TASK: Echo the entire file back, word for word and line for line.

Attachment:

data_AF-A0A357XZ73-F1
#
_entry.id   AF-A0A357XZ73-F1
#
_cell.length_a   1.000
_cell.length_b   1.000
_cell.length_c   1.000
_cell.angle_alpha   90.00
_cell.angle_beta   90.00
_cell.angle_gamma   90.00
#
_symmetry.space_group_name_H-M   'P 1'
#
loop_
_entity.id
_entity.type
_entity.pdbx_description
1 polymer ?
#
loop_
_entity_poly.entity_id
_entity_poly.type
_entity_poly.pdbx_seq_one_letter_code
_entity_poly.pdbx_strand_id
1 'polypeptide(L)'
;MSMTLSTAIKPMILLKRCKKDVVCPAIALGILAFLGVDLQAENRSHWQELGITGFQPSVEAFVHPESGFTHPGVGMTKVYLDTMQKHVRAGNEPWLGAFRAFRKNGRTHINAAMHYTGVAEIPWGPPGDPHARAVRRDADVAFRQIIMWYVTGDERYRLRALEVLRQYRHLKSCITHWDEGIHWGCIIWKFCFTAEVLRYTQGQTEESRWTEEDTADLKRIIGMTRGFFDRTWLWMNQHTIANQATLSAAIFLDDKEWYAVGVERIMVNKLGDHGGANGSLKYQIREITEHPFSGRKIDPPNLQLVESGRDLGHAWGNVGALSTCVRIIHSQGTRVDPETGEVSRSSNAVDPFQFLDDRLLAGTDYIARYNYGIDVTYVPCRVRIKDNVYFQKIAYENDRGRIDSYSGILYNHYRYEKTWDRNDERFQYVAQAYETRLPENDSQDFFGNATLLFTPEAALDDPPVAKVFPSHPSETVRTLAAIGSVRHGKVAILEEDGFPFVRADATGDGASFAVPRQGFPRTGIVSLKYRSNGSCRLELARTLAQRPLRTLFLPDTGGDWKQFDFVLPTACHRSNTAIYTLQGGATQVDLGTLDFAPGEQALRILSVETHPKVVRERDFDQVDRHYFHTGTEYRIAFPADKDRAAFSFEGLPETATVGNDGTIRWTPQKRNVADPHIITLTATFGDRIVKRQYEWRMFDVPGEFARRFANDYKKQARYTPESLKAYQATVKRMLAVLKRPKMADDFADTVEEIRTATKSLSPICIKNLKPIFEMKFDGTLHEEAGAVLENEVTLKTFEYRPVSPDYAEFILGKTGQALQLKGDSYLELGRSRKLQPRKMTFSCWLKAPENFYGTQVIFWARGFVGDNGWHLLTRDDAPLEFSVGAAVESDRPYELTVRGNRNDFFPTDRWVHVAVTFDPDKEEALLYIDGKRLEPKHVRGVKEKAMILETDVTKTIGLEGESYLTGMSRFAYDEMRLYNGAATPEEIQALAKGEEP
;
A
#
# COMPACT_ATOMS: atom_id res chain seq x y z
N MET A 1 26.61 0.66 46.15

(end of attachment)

data_AF-A0A357XZ73-F1
#
_entry.id   AF-A0A357XZ73-F1
#
_cell.length_a   1.000
_cell.length_b   1.000
_cell.length_c   1.000
_cell.angle_alpha   90.00
_cell.angle_beta   90.00
_cell.angle_gamma   90.00
#
_symmetry.space_group_name_H-M   'P 1'
#
loop_
_entity.id
_entity.type
_entity.pdbx_description
1 polymer ?
#
loop_
_entity_poly.entity_id
_entity_poly.type
_entity_poly.pdbx_seq_one_letter_code
_entity_poly.pdbx_strand_id
1 'polypeptide(L)'
;MSMTLSTAIKPMILLKRCKKDVVCPAIALGILAFLGVDLQAENRSHWQELGITGFQPSVEAFVHPESGFTHPGVGMTKVYLDTMQKHVRAGNEPWLGAFRAFRKNGRTHINAAMHYTGVAEIPWGPPGDPHARAVRRDADVAFRQIIMWYVTGDERYRLRALEVLRQYRHLKSCITHWDEGIHWGCIIWKFCFTAEVLRYTQGQTEESRWTEEDTADLKRIIGMTRGFFDRTWLWMNQHTIANQATLSAAIFLDDKEWYAVGVERIMVNKLGDHGGANGSLKYQIREITEHPFSGRKIDPPNLQLVESGRDLGHAWGNVGALSTCVRIIHSQGTRVDPETGEVSRSSNAVDPFQFLDDRLLAGTDYIARYNYGIDVTYVPCRVRIKDNVYFQKIAYENDRGRIDSYSGILYNHYRYEKTWDRNDERFQYVAQAYETRLPENDSQDFFGNATLLFTPEAALDDPPVAKVFPSHPSETVRTLAAIGSVRHGKVAILEEDGFPFVRADATGDGASFAVPRQGFPRTGIVSLKYRSNGSCRLELARTLAQRPLRTLFLPDTGGDWKQFDFVLPTACHRSNTAIYTLQGGATQVDLGTLDFAPGEQALRILSVETHPKVVRERDFDQVDRHYFHTGTEYRIAFPADKDRAAFSFEGLPETATVGNDGTIRWTPQKRNVADPHIITLTATFGDRIVKRQYEWRMFDVPGEFARRFANDYKKQARYTPESLKAYQATVKRMLAVLKRPKMADDFADTVEEIRTATKSLSPICIKNLKPIFEMKFDGTLHEEAGAVLENEVTLKTFEYRPVSPDYAEFILGKTGQALQLKGDSYLELGRSRKLQPRKMTFSCWLKAPENFYGTQVIFWARGFVGDNGWHLLTRDDAPLEFSVGAAVESDRPYELTVRGNRNDFFPTDRWVHVAVTFDPDKEEALLYIDGKRLEPKHVRGVKEKAMILETDVTKTIGLEGESYLTGMSRFAYDEMRLYNGAATPEEIQALAKGEEP
;
A
#
# COMPACT_ATOMS: atom_id res chain seq x y z
N MET A 1 26.61 0.66 46.15